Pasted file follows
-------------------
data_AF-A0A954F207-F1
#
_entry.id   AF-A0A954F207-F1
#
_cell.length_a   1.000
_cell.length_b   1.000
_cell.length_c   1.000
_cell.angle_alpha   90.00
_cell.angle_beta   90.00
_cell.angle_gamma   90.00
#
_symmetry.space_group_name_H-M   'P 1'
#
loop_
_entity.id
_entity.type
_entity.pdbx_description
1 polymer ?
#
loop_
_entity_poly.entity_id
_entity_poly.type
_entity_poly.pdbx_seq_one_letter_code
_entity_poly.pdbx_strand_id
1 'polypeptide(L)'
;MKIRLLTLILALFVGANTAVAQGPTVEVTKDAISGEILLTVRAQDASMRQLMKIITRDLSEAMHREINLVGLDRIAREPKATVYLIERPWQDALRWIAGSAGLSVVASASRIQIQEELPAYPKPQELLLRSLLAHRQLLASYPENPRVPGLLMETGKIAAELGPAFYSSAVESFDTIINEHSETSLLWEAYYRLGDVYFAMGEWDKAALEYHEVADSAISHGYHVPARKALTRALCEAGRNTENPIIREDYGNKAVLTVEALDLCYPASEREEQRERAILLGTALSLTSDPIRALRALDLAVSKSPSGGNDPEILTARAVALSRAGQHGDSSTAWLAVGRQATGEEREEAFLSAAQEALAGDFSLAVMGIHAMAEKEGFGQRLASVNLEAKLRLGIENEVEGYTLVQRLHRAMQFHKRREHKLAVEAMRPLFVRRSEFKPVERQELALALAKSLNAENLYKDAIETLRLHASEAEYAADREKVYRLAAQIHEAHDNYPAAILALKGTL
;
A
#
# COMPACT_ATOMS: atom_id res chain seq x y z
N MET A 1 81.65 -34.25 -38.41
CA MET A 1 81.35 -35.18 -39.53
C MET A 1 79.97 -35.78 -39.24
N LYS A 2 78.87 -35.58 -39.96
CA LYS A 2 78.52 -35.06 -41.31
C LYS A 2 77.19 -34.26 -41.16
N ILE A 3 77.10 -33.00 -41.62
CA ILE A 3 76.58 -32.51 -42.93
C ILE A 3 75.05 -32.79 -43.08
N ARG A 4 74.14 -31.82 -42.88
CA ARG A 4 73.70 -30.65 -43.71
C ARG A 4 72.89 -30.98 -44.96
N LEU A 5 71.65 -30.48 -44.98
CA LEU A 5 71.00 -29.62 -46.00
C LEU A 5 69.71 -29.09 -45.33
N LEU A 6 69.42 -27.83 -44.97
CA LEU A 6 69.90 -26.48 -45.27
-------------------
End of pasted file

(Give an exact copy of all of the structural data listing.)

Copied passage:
data_AF-A0A954F207-F1
#
_entry.id   AF-A0A954F207-F1
#
_cell.length_a   1.000
_cell.length_b   1.000
_cell.length_c   1.000
_cell.angle_alpha   90.00
_cell.angle_beta   90.00
_cell.angle_gamma   90.00
#
_symmetry.space_group_name_H-M   'P 1'
#
loop_
_entity.id
_entity.type
_entity.pdbx_description
1 polymer ?
#
loop_
_entity_poly.entity_id
_entity_poly.type
_entity_poly.pdbx_seq_one_letter_code
_entity_poly.pdbx_strand_id
1 'polypeptide(L)'
;MKIRLLTLILALFVGANTAVAQGPTVEVTKDAISGEILLTVRAQDASMRQLMKIITRDLSEAMHREINLVGLDRIAREPKATVYLIERPWQDALRWIAGSAGLSVVASASRIQIQEELPAYPKPQELLLRSLLAHRQLLASYPENPRVPGLLMETGKIAAELGPAFYSSAVESFDTIINEHSETSLLWEAYYRLGDVYFAMGEWDKAALEYHEVADSAISHGYHVPARKALTRALCEAGRNTENPIIREDYGNKAVLTVEALDLCYPASEREEQRERAILLGTALSLTSDPIRALRALDLAVSKSPSGGNDPEILTARAVALSRAGQHGDSSTAWLAVGRQATGEEREEAFLSAAQEALAGDFSLAVMGIHAMAEKEGFGQRLASVNLEAKLRLGIENEVEGYTLVQRLHRAMQFHKRREHKLAVEAMRPLFVRRSEFKPVERQELALALAKSLNAENLYKDAIETLRLHASEAEYAADREKVYRLAAQIHEAHDNYPAAILALKGTL
;
A
#
# COMPACT_ATOMS: atom_id res chain seq x y z
N MET A 1 81.65 -34.25 -38.41
CA MET A 1 81.35 -35.18 -39.53
C MET A 1 79.97 -35.78 -39.24
N LYS A 2 78.87 -35.58 -39.96
CA LYS A 2 78.52 -35.06 -41.31
C LYS A 2 77.19 -34.26 -41.16
N ILE A 3 77.10 -33.00 -41.62
CA ILE A 3 76.58 -32.51 -42.93
C ILE A 3 75.05 -32.79 -43.08
N ARG A 4 74.14 -31.82 -42.88
CA ARG A 4 73.70 -30.65 -43.71
C ARG A 4 72.89 -30.98 -44.96
N LEU A 5 71.65 -30.48 -44.98
CA LEU A 5 71.00 -29.62 -46.00
C LEU A 5 69.71 -29.09 -45.33
N LEU A 6 69.42 -27.83 -44.97
CA LEU A 6 69.90 -26.48 -45.27